The truth is that if we who claim to be followers of Christ cannot forgive, then we are no different from the unbelievers. According to Bishop Godfrey Onah, “If our enemies succeed in making us hate them, then they have conquered us completely. For Christianity without love, including the love of the enemy, is empty. And a Christian without that love might as well be of any other religion.”

Mercy goes beyond forgiveness, it is stepping into the shoes of others, being able to feel their predicament and coming to their help. The early believers were able to live in peace because they practised compassion for one another. Share the little you have. Remember: “Whatsoever you do to the least of my brethren, that, you do unto me.” (Matthew 25:40).

5. Blessed Are Those Who Have Not Seen And Yet Believe.Thomas was not with the disciples when Jesus first appeared and when he was told, he said: “Unless I see the mark of the nails in his hands, and put my finger in the mark of the nails and my hand in his side, I will not believe.” (John 20:25). The fact is that most of us Christians are just like Thomas. We have told ourselves that unless we see miracles happening (unless we see and touch Jesus) we would not believe. There are many who have completely turned their backs on God because they felt disappointed like the two disciples who turned their backs from Jerusalem and were heading to Emmaus.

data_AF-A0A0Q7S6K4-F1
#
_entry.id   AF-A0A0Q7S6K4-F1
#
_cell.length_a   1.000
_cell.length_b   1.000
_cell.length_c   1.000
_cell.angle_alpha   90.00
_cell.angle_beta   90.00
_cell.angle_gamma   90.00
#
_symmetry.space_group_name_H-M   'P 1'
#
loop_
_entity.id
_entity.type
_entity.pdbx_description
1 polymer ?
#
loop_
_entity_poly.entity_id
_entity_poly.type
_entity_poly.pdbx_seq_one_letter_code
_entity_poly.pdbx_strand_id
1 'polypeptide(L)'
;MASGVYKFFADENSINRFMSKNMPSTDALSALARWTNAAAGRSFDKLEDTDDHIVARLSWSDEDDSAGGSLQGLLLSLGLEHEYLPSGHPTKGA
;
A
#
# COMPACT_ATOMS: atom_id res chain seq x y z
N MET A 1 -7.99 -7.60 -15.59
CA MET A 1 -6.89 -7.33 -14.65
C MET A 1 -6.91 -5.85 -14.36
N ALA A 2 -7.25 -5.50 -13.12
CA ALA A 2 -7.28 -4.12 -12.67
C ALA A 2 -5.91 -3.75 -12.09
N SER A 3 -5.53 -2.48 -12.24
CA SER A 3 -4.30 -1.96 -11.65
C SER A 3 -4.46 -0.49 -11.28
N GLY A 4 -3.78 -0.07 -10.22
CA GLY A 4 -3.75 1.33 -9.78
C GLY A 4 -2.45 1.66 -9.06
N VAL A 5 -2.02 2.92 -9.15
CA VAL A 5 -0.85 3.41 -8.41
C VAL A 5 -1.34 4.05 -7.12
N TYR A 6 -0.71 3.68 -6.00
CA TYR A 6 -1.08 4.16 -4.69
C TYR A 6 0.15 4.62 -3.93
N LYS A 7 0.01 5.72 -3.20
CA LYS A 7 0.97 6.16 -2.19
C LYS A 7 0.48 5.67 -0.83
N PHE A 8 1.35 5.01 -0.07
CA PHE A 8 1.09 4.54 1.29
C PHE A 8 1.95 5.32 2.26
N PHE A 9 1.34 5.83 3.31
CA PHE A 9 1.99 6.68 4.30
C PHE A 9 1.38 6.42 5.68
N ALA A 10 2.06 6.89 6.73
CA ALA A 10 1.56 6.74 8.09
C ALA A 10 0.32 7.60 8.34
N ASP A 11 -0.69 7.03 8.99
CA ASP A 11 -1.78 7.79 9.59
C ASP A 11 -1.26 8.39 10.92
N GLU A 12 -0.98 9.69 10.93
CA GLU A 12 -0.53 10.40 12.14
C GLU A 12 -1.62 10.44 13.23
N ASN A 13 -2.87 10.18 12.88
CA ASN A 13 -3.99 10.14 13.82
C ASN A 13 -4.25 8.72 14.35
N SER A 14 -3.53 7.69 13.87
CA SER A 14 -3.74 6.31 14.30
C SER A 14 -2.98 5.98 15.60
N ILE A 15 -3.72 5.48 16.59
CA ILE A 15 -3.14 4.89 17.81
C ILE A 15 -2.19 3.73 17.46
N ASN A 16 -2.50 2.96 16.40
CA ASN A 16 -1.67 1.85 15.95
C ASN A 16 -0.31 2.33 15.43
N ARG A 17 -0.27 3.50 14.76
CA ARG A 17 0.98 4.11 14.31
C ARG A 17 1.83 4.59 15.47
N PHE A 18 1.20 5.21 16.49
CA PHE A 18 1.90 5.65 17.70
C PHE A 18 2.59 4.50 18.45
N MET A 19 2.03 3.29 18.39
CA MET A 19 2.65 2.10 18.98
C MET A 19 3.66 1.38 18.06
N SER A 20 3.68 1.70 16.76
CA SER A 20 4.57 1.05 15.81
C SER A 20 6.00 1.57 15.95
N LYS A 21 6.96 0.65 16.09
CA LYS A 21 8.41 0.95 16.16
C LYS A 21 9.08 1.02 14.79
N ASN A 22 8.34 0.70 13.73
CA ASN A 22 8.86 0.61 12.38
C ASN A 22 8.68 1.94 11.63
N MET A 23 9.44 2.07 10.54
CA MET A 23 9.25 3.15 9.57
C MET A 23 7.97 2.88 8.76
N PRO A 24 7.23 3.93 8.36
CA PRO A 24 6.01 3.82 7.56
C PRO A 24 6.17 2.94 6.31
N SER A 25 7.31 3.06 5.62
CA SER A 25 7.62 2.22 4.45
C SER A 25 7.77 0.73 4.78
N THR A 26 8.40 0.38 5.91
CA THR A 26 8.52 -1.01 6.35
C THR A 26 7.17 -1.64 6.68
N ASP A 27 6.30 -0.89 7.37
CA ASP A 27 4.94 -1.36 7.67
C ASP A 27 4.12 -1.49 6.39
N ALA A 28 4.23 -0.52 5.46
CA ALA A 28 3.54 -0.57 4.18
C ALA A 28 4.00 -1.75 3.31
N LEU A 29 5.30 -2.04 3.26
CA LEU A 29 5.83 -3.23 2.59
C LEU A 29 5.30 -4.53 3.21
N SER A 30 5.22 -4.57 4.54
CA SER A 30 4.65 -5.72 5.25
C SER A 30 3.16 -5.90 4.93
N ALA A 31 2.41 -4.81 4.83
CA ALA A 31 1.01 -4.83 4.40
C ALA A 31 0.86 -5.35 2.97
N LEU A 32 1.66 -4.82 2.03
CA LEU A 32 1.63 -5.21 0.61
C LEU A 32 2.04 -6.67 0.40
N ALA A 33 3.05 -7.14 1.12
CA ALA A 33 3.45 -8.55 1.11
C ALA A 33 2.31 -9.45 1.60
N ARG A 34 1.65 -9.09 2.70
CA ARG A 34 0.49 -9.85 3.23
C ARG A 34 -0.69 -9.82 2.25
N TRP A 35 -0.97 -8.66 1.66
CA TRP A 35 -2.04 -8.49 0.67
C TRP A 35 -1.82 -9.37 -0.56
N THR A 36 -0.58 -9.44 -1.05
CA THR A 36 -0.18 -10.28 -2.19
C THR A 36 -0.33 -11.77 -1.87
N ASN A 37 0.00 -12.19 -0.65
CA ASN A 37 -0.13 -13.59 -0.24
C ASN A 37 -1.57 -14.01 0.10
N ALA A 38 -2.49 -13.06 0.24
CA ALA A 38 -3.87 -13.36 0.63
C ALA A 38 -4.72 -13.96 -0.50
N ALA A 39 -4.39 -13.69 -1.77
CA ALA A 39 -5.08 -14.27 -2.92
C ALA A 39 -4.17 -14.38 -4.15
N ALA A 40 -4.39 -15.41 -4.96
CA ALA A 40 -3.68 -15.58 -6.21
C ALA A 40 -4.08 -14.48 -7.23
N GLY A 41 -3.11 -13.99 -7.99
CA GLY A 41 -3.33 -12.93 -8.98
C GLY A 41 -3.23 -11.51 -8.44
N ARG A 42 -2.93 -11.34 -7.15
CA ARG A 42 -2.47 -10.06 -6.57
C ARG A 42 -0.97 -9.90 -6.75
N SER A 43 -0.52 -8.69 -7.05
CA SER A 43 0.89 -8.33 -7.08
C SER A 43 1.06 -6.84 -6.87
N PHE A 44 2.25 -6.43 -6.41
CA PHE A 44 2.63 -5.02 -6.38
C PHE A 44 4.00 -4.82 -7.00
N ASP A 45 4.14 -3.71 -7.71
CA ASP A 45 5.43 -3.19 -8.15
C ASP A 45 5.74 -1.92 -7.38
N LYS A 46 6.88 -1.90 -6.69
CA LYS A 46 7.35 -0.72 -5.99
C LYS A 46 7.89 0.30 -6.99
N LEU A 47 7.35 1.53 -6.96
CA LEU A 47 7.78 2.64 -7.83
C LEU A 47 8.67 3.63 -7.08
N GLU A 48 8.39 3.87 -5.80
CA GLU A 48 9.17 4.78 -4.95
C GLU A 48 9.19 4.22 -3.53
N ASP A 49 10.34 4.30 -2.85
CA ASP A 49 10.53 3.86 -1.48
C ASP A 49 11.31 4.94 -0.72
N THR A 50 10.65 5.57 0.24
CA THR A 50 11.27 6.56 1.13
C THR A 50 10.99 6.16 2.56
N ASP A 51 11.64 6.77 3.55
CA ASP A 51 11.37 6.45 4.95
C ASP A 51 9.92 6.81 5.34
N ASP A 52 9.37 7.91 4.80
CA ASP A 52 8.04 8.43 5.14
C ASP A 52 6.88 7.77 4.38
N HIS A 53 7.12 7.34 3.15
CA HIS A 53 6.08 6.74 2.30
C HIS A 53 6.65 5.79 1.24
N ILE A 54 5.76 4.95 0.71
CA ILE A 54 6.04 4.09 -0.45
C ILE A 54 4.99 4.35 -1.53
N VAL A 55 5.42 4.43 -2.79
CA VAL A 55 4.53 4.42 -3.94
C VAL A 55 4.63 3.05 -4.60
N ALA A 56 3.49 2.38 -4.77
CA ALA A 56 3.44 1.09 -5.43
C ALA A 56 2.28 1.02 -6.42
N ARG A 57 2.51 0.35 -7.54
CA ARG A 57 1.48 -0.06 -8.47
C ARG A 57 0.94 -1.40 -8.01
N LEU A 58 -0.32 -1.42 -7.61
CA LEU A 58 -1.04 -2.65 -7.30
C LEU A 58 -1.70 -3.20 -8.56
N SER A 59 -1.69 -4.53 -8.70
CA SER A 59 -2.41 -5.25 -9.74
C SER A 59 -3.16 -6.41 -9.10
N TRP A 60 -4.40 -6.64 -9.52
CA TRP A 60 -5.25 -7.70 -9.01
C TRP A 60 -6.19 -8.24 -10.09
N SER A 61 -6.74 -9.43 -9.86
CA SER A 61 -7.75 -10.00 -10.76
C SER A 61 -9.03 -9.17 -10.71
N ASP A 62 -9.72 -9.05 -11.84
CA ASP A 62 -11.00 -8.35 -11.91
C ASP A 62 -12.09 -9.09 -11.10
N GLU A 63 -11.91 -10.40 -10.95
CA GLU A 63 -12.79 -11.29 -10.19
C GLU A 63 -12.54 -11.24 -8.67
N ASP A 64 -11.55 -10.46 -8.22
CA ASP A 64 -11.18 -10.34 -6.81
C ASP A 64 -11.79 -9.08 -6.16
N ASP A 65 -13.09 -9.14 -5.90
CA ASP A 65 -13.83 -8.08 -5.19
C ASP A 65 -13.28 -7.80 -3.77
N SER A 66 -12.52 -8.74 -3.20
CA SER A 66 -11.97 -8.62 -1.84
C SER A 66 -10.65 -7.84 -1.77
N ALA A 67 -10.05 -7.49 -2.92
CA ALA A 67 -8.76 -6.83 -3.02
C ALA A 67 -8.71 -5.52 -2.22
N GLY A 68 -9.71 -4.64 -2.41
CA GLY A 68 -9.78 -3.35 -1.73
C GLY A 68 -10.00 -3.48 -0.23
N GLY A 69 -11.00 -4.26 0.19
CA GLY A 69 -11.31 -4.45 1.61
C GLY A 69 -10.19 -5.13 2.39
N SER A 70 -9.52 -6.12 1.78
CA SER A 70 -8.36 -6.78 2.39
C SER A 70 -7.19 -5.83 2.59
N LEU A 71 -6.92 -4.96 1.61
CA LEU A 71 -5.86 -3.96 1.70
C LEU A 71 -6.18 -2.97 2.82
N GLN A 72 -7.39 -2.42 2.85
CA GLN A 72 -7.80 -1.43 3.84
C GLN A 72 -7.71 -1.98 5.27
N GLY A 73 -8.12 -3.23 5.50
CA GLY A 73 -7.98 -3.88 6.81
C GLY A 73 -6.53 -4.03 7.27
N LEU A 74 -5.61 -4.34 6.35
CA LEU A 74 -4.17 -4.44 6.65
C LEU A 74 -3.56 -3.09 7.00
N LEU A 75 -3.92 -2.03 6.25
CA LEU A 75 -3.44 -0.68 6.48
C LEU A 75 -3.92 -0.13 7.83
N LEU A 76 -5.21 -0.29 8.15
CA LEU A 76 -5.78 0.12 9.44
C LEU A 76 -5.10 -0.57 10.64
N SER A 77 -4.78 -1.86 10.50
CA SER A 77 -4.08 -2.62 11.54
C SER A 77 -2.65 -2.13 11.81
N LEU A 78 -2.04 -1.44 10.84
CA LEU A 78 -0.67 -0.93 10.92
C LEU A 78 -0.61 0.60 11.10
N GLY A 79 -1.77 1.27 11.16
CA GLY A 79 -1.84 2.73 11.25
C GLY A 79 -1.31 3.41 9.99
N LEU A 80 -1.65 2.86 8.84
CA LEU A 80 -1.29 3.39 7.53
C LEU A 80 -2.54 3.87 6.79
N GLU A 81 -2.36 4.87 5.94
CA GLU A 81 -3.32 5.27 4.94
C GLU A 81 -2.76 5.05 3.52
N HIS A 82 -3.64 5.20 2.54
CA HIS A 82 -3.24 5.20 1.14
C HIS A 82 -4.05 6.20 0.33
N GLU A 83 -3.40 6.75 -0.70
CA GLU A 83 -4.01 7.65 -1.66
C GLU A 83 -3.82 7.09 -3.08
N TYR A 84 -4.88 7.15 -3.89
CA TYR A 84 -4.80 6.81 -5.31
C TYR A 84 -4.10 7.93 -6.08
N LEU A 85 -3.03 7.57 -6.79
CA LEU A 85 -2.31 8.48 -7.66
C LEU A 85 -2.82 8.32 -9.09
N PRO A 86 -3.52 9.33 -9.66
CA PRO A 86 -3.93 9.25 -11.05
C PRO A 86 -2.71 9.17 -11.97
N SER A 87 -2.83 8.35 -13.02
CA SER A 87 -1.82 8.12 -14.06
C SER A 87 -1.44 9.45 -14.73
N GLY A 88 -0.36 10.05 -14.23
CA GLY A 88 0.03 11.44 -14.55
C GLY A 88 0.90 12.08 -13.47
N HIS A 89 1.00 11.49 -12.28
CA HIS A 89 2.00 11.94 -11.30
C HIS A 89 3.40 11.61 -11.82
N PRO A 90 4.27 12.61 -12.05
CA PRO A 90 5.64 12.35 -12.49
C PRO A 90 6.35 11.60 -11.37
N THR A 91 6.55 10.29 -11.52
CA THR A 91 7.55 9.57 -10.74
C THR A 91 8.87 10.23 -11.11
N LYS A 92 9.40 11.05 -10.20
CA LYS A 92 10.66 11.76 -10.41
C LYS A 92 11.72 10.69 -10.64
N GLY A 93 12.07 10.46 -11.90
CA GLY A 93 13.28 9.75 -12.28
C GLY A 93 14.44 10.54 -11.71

Just as Jesus appeared again and showed Himself to Thomas, Jesus has never stopped showing himself to us through the ordinary events of our lives which we often take for granted. If only we learn to count our blessings rather than constantly complaining, we would see that “all things work together for good for those who love God, who are called according to his purpose.” (Romans 8:28)

Let us pray: Lord Jesus, melt my heart and teach me how to be merciful. Amen.

Happy Easter. Be Happy. Live Positive. Have Faith. It is well with you. God bless you.